This design was created by the customer--a two-sided pendant with "peace" on one side and an adaptation of a thumbprint on the other. We worked together to get the actual thumbprint simplified so that I could cut it from sheet. The peace side is sterling, the thumbprint is brass, and then there is a third layer between the two to act as a backdrop.
These sterling cuff links were created as a gift based on a company logo. The image of the bull was cut by hand using a very fine saw blade, then soldered to a back plate and oxidized to help define the bull's amazingly graceful, fine line.
The cuff was cut from sheet copper, which was then hammered, filed and sanded. Hebrew name was cut from sterling and soldered into place. After forming the cuff, more filing, sanding, then oxidizing, cleaning, wet sanding and buffing.
Client requested a bracelet incorporating the engravings from a site of ruins called Newgrange, in Ireland. The bracelet was a gift for a twentieth wedding anniversary that was given during a trip to the ruins.
Condiment Spoon and Fork
Custom design with layered sterling.
This 2-inch diameter pendant was created from two layers of sheet sterling. The design was hand-sawn from one layer, filed and finished and then soldered to a disc. Once fabricated, the piece was oxidized.
This customer came looking for an iron worker spud wrench in silver about 1 to 1.5 inches long to hang on a silver necklace. This was terrific -- fun to make!
After making a bracelet from some brass wire, screws and nuts during an early childhood workshop, I was inspired to take a beginner metal smith class at the Maine College of Art. One more informal class gave me the confidence to set up a small shop. Since then, I have been learning through play, practice, reading and watching YouTubes. My life’s work with young children has taught me to embrace the process, including all the messes and mistakes. Giving in to this way of thinking has led to much creativity and joy. It also allows me to turn my “errors” into new pieces.
I keep a small inventory of available pieces on this site and have a few items available in the Down East Store. I also enjoy collaborations. Working on others’ ideas continues to inspire me and pushes my skill—both in designing and in fabricating. Soon I hope to return to in-person fairs and shows.
Please contact me if you’d like to work together on an original idea or an adaptation of a piece you see in the store.
The most common metals I use are sterling or Argentium silvers sheet and wire and copper sheet and wire. I also create jewelry with 14K golds and, on occasion, platinum. I can use other base metal sheets such as bronze and brass and often use gold-filled wire and chains when 14K is prohibitive.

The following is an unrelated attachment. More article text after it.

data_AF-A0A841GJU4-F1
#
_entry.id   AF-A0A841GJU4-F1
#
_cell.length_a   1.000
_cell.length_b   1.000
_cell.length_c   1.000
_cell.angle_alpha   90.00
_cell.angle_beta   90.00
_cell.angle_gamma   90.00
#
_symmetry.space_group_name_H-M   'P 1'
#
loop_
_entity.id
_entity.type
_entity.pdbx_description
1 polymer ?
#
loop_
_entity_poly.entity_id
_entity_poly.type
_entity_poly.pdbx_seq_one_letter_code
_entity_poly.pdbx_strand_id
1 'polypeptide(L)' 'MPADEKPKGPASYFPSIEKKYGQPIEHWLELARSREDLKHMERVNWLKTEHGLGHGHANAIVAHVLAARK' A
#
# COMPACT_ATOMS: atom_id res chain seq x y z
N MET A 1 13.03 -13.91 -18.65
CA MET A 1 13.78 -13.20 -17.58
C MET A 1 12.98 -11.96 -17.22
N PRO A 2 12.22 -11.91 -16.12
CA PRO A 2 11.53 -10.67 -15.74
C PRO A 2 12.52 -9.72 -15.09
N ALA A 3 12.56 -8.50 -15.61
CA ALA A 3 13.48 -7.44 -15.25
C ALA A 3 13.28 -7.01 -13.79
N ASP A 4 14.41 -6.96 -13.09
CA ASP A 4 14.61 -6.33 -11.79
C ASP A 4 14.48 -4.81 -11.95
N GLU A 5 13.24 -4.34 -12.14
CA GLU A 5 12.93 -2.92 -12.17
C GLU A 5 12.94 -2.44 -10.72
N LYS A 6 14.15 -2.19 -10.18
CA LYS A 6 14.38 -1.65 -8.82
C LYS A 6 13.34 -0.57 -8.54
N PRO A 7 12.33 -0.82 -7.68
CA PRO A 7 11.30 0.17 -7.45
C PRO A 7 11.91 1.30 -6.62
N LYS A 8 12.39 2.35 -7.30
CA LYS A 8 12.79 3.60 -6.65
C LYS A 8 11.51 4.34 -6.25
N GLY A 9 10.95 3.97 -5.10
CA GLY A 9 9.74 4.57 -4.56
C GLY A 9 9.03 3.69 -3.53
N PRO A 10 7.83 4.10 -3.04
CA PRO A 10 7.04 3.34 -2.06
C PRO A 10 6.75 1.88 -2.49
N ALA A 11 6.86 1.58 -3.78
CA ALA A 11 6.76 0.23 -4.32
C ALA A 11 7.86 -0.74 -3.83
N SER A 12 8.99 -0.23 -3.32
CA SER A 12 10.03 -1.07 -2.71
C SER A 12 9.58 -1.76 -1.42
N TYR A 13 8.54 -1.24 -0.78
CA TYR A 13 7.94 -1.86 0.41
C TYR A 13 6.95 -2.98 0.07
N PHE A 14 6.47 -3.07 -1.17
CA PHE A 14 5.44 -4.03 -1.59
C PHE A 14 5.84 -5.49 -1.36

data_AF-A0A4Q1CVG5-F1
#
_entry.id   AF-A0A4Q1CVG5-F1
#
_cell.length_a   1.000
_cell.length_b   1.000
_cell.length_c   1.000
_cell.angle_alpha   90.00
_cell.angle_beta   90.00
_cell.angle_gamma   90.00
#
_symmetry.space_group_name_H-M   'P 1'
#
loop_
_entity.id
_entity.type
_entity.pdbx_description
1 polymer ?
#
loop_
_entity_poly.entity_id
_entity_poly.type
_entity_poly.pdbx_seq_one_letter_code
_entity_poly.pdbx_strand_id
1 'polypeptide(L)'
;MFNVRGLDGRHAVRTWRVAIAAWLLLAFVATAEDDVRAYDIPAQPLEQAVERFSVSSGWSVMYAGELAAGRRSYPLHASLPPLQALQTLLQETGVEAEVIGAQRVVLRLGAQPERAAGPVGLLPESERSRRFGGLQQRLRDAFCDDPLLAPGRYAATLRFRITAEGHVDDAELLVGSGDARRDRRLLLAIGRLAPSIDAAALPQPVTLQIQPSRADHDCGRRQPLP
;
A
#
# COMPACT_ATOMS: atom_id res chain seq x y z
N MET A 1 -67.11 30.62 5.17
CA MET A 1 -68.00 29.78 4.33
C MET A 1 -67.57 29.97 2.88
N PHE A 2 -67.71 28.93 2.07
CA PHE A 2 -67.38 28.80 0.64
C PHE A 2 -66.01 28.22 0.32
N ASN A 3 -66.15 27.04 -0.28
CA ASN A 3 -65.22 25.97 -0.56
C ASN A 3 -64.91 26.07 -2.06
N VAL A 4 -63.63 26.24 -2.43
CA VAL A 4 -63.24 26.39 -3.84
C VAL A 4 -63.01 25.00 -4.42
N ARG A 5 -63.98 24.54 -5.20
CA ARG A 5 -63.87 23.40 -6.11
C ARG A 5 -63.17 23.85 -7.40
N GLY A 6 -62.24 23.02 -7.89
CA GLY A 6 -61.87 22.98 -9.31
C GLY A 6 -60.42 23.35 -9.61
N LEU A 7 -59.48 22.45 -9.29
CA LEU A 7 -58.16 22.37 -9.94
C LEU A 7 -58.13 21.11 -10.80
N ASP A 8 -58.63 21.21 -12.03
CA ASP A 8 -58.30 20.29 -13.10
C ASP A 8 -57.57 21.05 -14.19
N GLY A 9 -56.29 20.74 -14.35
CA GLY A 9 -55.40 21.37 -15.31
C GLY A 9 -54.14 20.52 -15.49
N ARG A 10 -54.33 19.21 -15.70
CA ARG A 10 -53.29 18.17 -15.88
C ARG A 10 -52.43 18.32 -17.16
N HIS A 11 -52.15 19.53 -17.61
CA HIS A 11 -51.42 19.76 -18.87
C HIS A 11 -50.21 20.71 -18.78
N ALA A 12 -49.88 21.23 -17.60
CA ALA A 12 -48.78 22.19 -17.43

My shop is minimally set up with a Smith little torch for soldering and fusing and a Foredom Flex Shaft for extra power and refinement. I have a small collection of shaping tools, pliers, hammers, saws and hammering surfaces.
I rarely draw a design ahead of time for the one-of-a-kind pieces we make. Ideas evolve often from the shapes of of metal and wire. Sometimes I will let a piece sit partially finished for quite a while and the design will change over time. There are times when I have even taken pieces apart to adapt and reconfigure the design. This process is both rewarding and challenging—even to the point of frustration at times. When I am working on a collaboration for a client, I can offer a full design and fabrication, or I can use the client’s ideas or drawings to initiate the project.
I am very drawn to flowing lines, horizons, the natural world and to texture—like the bark on trees or the way ice forms, or the way a bird's feathers lie along its back or wings—patterns. Well-known artists that are inspirational: Georgia O’Keeffe, Alexander Calder, and Jackson Pollock. Many of my friends and colleagues are highly creative which motivates and encourages us. Above all, I learn much about design and expression by watching young children work with materials. There is an openness in their play and creating that has taught me to be careful with boundaries and rules in my own work.
After a design and price is agreed upon, a 50% down payment commitment is required. Once this is received, it will take from two to six weeks to complete, depending on complexity. I do not stock precious metals, so the first five to seven days are waiting for materials to arrive in our shop.